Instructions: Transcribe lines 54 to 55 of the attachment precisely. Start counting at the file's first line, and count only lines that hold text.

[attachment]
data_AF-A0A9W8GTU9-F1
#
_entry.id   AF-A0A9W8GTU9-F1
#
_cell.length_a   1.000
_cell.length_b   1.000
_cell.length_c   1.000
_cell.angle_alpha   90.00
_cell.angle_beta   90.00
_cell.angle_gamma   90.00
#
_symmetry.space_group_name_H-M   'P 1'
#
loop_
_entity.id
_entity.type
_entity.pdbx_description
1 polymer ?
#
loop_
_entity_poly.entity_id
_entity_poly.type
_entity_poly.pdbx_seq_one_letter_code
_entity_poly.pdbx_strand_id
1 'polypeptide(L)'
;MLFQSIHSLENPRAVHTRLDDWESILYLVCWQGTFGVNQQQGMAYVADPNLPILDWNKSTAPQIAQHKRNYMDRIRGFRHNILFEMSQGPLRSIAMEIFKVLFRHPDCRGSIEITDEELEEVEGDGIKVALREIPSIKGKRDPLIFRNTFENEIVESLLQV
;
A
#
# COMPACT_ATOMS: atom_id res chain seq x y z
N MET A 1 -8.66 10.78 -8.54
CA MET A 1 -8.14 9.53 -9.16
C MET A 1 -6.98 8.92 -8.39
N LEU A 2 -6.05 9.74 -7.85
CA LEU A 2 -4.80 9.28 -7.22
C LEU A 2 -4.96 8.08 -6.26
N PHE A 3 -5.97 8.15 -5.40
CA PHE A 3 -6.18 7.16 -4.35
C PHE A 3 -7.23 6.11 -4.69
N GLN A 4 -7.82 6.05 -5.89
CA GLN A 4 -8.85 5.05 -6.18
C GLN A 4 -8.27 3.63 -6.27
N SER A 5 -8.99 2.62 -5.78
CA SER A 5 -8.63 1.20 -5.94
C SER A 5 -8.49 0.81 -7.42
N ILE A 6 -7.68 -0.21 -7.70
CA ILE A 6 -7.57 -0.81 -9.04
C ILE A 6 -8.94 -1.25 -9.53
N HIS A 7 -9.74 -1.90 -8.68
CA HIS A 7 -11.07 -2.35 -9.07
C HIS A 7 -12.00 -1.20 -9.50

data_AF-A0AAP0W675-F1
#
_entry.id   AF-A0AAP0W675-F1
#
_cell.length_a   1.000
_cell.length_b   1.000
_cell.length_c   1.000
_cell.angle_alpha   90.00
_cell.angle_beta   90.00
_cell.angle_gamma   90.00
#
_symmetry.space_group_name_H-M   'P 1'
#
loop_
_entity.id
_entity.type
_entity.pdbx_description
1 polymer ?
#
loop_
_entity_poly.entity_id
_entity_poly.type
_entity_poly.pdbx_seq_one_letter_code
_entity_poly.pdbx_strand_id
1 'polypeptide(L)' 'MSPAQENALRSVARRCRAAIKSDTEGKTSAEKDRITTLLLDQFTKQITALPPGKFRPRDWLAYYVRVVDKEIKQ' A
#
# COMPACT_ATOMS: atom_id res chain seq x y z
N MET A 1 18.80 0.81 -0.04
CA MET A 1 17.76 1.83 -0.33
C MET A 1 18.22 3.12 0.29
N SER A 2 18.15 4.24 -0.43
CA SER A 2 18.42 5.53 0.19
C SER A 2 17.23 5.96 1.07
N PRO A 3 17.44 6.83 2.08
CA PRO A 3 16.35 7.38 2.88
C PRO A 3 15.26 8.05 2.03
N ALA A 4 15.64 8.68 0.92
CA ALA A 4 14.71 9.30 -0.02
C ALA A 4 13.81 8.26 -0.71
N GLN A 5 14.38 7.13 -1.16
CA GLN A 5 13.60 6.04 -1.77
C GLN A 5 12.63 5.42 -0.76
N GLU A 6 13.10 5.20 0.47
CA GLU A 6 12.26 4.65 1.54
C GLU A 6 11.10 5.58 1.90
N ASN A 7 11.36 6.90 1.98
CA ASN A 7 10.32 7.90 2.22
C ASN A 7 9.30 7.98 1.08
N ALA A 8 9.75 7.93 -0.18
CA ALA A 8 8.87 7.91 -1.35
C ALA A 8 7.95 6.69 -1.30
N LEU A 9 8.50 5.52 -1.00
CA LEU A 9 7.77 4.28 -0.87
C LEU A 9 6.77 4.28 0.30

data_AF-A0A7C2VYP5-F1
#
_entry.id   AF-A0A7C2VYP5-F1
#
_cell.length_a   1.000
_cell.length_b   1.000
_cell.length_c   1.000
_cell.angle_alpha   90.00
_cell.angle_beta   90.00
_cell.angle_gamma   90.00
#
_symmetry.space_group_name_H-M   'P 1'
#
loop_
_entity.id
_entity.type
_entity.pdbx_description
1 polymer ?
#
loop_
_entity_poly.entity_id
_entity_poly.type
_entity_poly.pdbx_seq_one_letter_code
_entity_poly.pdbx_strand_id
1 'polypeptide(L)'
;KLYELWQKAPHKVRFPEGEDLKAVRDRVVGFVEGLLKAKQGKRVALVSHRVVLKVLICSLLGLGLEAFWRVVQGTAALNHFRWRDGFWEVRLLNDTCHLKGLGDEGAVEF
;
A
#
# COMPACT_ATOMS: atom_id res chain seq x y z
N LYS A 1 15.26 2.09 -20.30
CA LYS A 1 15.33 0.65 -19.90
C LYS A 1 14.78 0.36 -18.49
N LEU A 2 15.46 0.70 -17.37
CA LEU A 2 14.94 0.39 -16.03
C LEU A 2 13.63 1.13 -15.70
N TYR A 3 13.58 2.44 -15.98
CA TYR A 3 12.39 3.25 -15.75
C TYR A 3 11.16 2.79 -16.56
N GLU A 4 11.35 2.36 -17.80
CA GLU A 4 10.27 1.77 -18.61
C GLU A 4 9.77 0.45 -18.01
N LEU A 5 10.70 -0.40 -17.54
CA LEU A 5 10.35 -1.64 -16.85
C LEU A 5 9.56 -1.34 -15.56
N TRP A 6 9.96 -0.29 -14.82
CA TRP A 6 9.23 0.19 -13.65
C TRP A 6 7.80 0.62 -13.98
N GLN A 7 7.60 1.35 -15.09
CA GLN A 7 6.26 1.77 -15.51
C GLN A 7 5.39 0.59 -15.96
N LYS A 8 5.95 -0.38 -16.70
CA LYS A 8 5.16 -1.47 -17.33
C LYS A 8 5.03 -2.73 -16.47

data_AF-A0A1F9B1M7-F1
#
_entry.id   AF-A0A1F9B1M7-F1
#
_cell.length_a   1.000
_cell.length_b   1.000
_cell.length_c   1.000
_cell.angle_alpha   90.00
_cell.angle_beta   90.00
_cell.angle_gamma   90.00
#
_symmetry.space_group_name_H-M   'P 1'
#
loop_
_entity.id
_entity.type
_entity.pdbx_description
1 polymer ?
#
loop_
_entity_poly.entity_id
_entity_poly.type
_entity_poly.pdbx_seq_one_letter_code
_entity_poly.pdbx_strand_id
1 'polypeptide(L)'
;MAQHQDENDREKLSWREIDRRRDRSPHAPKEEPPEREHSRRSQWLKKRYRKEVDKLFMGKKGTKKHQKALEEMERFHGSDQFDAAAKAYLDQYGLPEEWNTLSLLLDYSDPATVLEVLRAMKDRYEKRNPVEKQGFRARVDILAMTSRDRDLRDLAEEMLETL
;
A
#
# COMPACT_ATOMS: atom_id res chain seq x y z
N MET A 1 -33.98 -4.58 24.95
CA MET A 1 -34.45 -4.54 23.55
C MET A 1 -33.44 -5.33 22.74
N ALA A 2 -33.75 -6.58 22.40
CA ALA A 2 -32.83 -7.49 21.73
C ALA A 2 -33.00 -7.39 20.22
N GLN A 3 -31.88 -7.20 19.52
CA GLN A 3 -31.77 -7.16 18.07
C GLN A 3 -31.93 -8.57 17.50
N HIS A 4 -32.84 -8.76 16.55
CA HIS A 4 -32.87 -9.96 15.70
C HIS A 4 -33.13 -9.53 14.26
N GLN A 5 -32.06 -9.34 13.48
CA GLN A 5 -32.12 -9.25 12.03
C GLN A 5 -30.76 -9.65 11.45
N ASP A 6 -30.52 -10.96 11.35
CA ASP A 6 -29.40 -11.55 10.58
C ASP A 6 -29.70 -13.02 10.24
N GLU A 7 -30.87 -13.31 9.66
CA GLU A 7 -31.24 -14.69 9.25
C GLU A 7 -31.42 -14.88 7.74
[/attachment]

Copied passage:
_entry.id   AF-A0AAP0W675-F1
#